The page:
What’s up with NPR’s comments?
A friend sent me this NPR article about the origins of Valentine’s Day. Despite my usual love of history it didn’t strike me as especially interesting, I like my historical info much more in-depth. Preferably with citations. But then I looked at the comments.
Great Scott the comments are insane! People claiming the article slanders catholics, people bragging that NPR will soon be defunct, people howling that history wasn’t like that and in one memorably bizarre instance, someone claiming that the dark ages were the time before religion “stopped the heathen practices of their uncivilized, ancestors”. Exactly what that’s supposed to mean is unclear to me, but it sure was a strange thing to read.
One of the things that I like about history is the mystery of it, trying to piece together clues to figure out what happened. The other side of this, of course, is that we can’t ever be really certain. There’s always going to be the possibility that we’re misreading the signs, or falling for ancient propaganda, or simply don’t have enough information to draw accurate conclusions. So any bit of history has to be taken with a grain of salt, so to speak.
But to claim that connecting a modern commercial holiday through a catholic saint’s day to a Roman holiday is on the order of holocaust denial is just…. I don’t even know what that is. “Delusional” comes to mind. I don’t even understand why anyone would take offense to it, most holidays are built on older holidays. Is it now insulting to Christians to speak of Ostara, too? And goodness, in that case the very existence of Jews must be a terrible slander!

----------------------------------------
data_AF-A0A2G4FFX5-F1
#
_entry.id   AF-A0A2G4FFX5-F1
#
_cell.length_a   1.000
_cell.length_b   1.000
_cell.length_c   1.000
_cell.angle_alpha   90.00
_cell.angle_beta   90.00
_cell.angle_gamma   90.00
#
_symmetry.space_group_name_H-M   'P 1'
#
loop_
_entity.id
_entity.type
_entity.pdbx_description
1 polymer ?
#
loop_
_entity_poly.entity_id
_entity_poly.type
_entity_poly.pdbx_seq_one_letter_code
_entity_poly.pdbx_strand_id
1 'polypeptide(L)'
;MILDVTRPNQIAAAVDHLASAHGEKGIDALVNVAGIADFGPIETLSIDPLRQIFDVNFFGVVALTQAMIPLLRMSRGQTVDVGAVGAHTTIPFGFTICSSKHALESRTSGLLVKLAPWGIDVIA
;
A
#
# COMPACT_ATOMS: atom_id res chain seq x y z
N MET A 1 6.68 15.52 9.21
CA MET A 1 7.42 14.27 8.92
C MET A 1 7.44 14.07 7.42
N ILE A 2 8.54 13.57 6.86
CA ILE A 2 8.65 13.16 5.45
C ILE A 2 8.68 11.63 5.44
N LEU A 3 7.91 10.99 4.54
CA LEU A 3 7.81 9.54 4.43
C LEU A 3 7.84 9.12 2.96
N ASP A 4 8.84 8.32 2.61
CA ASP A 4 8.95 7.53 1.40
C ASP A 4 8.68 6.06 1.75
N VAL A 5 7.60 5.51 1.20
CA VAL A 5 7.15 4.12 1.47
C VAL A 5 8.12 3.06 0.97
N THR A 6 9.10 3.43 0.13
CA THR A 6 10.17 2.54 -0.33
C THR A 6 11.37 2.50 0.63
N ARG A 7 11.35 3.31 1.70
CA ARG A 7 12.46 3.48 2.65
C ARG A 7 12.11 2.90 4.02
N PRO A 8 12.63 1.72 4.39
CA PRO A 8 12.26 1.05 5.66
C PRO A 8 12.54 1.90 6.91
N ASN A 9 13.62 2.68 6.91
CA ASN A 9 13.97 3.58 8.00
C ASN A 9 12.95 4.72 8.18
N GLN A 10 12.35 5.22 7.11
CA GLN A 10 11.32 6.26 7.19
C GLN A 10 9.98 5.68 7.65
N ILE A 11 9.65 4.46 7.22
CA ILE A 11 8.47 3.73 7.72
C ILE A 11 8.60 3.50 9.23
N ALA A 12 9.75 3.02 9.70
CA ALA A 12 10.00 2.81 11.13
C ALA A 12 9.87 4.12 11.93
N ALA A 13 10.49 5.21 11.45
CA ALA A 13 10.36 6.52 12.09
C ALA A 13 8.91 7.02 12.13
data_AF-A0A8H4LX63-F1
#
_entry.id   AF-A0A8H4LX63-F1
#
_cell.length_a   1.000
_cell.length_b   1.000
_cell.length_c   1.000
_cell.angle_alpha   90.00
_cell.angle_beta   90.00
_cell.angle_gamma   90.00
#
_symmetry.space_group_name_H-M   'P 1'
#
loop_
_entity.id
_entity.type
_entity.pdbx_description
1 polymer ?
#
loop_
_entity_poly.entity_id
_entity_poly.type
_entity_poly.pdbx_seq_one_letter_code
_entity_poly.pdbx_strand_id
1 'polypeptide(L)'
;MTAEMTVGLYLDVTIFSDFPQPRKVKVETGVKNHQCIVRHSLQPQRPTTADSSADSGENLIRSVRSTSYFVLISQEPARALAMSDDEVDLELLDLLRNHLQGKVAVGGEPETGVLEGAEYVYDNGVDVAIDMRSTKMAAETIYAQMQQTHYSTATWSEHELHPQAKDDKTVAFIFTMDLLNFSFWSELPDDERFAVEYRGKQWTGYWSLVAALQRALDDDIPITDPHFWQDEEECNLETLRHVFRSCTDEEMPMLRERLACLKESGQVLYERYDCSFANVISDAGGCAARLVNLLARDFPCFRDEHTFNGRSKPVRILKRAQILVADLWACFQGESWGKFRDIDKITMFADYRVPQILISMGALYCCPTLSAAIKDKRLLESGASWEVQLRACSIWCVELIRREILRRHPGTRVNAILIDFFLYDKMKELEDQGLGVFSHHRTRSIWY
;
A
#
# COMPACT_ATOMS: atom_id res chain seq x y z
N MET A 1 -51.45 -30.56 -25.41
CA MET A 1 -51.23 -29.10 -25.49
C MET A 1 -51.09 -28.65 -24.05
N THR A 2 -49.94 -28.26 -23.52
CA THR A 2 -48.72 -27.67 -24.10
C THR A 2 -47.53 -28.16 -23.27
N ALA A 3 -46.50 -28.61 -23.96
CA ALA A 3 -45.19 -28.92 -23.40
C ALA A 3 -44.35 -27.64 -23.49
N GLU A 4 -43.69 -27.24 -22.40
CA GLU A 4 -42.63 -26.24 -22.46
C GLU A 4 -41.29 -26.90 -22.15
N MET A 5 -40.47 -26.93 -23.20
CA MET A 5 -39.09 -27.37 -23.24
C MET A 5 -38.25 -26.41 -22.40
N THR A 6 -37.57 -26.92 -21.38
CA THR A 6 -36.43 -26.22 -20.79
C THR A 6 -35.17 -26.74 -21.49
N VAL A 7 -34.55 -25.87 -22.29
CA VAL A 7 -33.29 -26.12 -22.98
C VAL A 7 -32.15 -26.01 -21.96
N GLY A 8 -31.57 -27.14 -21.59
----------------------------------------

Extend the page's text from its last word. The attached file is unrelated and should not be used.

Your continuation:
One phrase that I’ve heard many times, that is probably worth remembering, is “you are entitled to your own opinions, but not your own facts.” If you want to argue or disagree with historians, that’s fine. Crazed drunken screaming matches are a fine scholarly tradition, and much of our knowledge owes its existence to bitter people figuring out a way to show them, show them all. It’s absolutely imperative that we keep testing ideas and probing what we know for weaknesses.
What’s not okay is to say that it’s not true because you find it insulting. Or because you don’t like the implications, or because it’s completely at odds with the world as you understand it. This is not because those reasons are petty and self-centered, although they are, but because the consequences of a discovery or action or theory have no bearing on whether or not the thing itself is true.
As an example, try to convince yourself that I can’t possibly push a glass off the table because if I do it will break. Then invite me over and point me to the glass on the table. Have a dustpan ready.
It’s always interesting to me to start writing without any idea where I’m going. I rather like how this one turned out, even though I didn’t expect to wander that path.